Last Modified on May 27, 2015
What is Activated Charcoal?
Bought at your local pharmacy, activated charcoal is commonly used in emergency treatment for specific kinds of poisonings and drug overdoses to keep the poison from being absorbed from the stomach into the body. Charcoal is also used to cure gas/flatulence and help an upset stomach. A natural deodorant and disinfectant, Activated Charcoal is one of the finest absorptive and adsorptive agents known.
Taken orally, these fine black granules have an amazing ability to extract and neutralize many more times their own weight in gases, heavy metals, toxins, poisons and other chemicals. Activated Charcoal is made by heating coconut shells in the absence of air. The partly burned shells are then granulated to a size that provides for optimum absorption. This vegetable form of carbon (an element found in all living matter), is completely safe for human consumption. Long recognized as being particularly helpful in providing relief for trapped gas in the lower intestine, physicians and regulatory agencies also acknowledge charcoal's cleansing properties. Activated Charcoal is used worldwide in hospital emergency rooms to neutralize drugs and poisons.
Since 1813, when a chemist swallowed five grams of arsenic trioxide mixed with charcoal with no adverse effect, charcoal has been commonly used as a household remedy for accidental poisoning. Research has shown that one cubic inch of charcoal has the surface area equivalent to a 150,000-square-foot field! Thus a tiny amount of charcoal can hold adhere to a large number of molecules, ions, and atoms and absorb poison quickly.
How Activated Charcoal works:
Activated charcoal keeps the poison from being absorbed from the stomach into the body.
Charcoal is most successful if used within the first hour of swallowing poison. In severe poisoning cases, several doses of charcoal might be required. Ordinarily, activated charcoal should not be used to treat the ingestion of corrosive poisons (lye, acids, fuel oil, alcohols, et cetera). In the event of accidental poisoning, please call your doctor or area Poison Control Center before using activated charcoal. They will advise as to the use of charcoal after taking info on the the type of poison, allergies, and other medical problems.
Warning: Charcoal can decrease your body's absorption of certain nutrients and also interfere with medications.
Because of this, frequent use is not recommended. Activated charcoal may also cause abdominal pain or swelling. If this occurs, contact your doctor immediately -- it could be an indication of intestinal bleeding or blockage.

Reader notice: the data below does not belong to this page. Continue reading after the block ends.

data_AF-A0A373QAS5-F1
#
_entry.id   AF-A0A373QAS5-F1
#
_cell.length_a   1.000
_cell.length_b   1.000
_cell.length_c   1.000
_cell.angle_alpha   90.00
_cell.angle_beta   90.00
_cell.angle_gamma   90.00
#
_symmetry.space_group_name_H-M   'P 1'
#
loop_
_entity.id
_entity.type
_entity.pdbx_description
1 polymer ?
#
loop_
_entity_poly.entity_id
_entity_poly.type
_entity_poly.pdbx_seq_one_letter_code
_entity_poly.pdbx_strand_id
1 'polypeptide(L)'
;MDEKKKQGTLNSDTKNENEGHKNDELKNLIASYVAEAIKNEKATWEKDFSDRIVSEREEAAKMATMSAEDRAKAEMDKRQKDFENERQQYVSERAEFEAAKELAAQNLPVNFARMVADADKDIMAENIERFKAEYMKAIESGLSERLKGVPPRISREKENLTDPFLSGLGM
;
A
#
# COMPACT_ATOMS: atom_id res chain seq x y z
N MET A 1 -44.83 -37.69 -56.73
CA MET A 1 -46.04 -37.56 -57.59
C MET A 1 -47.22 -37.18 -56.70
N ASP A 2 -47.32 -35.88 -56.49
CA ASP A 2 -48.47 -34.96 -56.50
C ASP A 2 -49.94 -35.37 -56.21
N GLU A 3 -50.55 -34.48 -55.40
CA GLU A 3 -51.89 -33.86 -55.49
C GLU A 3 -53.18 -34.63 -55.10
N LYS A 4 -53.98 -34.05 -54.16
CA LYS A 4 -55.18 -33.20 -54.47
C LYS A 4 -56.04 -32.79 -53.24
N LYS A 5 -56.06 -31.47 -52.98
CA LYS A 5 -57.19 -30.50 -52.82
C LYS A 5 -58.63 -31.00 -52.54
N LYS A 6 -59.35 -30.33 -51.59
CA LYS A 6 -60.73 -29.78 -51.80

Other Cures Using Activated Charcoal
Charcoal has been used as a poultice to reduce inflammation and absorb poisons from your skin caused by infection, chemicals, or insect bites and stings.
Mix equal parts of flaxseed and activated charcoal with enough hot water to make a paste. Quickly put the paste into a muslin cloth then place on the inflamed area. Cover with plastic, then wrap with a wool cloth or wool sock. Leave on at least four hours. Upon removal of the poultice, rub the inflamed area with ice and check for signs of infection. Apply another poultice if necessary.
Charcoal alleviates gas and helps an upset stomach
For gas, take 520-975 mg (as tablets or capsules) after each meal, not to exceed five grams daily. Children should be given smaller amounts. Charcoal is one of the most popular remedies for travellers to developing countries as it reportedly helps diarahhea.
Digestive System Cleanse
Activated charcoal can be used as for a digestive system cleanse. It is suited for first-timers, as a pre-cleanse before a fast, for people with mild digestive symptoms, or as a general preventative measure. This duration of this cleanse is usually two to three weeks.
How charcoal works to detox your system: Activated charcoal binds intestinal toxins and unfriendly microbial growth and excretes them in the stools.
Recipe: 500-600 mg tablets three times per day 1 hour before or 2 hours after meals and medication.